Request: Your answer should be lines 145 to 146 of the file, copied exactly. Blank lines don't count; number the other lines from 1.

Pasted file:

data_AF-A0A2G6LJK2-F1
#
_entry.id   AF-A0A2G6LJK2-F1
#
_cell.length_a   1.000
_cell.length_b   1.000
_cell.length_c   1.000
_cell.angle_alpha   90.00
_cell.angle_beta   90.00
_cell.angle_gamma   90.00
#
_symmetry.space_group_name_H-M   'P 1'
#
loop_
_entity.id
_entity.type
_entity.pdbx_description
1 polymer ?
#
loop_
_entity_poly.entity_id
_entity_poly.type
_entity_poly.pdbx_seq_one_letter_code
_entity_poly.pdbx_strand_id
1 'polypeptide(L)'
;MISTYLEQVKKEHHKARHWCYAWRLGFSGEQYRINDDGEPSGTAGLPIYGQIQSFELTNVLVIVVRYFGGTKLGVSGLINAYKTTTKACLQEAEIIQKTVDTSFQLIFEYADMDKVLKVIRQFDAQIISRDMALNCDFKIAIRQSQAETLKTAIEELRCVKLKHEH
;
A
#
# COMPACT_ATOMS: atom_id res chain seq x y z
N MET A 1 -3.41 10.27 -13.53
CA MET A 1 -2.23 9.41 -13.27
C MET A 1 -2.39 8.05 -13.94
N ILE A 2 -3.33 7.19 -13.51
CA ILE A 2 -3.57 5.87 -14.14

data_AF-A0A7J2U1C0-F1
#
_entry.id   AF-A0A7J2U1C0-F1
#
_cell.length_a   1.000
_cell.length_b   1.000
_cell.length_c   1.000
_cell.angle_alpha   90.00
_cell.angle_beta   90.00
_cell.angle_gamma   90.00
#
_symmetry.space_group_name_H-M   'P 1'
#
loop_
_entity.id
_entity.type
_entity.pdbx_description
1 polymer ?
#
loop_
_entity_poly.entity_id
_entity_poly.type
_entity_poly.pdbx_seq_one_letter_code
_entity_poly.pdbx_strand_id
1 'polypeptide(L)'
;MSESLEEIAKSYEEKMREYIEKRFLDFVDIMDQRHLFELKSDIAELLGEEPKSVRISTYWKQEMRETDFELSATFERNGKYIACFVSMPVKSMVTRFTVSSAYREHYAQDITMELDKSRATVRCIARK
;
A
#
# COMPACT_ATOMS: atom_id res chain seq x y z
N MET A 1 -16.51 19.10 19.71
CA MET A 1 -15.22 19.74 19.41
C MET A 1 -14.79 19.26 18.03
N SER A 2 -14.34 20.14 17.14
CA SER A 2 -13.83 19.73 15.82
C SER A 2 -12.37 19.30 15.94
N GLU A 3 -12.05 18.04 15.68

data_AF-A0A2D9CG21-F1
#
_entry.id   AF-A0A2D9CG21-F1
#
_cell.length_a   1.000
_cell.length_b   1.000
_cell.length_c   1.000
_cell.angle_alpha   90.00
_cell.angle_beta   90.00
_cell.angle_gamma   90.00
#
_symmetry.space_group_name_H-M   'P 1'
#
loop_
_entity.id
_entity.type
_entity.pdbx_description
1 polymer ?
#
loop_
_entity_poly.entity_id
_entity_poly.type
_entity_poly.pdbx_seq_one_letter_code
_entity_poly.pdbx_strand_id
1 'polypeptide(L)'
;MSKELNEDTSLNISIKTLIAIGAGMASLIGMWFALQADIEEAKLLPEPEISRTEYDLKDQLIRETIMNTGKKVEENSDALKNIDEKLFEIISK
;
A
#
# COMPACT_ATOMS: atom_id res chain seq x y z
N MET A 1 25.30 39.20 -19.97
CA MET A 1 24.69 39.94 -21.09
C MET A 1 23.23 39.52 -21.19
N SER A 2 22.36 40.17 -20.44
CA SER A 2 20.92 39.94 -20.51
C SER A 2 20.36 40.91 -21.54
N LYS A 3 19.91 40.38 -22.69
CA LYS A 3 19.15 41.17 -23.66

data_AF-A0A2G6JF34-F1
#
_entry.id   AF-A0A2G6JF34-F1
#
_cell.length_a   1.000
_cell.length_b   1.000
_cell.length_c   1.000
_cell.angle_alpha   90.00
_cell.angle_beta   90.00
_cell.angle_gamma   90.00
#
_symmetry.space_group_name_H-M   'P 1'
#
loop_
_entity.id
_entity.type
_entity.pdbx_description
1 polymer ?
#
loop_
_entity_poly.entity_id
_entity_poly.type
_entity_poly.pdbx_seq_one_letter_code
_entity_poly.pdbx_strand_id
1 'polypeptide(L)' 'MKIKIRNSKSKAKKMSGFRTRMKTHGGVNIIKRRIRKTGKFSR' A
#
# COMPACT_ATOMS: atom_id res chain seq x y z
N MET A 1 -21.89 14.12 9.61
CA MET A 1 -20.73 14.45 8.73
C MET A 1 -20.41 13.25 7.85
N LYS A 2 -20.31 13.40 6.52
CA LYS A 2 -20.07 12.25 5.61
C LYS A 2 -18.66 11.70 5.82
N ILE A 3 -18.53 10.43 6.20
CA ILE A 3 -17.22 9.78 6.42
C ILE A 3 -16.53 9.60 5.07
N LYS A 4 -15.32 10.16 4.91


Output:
CA ILE A 3 -17.22 9.78 6.42
C ILE A 3 -16.53 9.60 5.07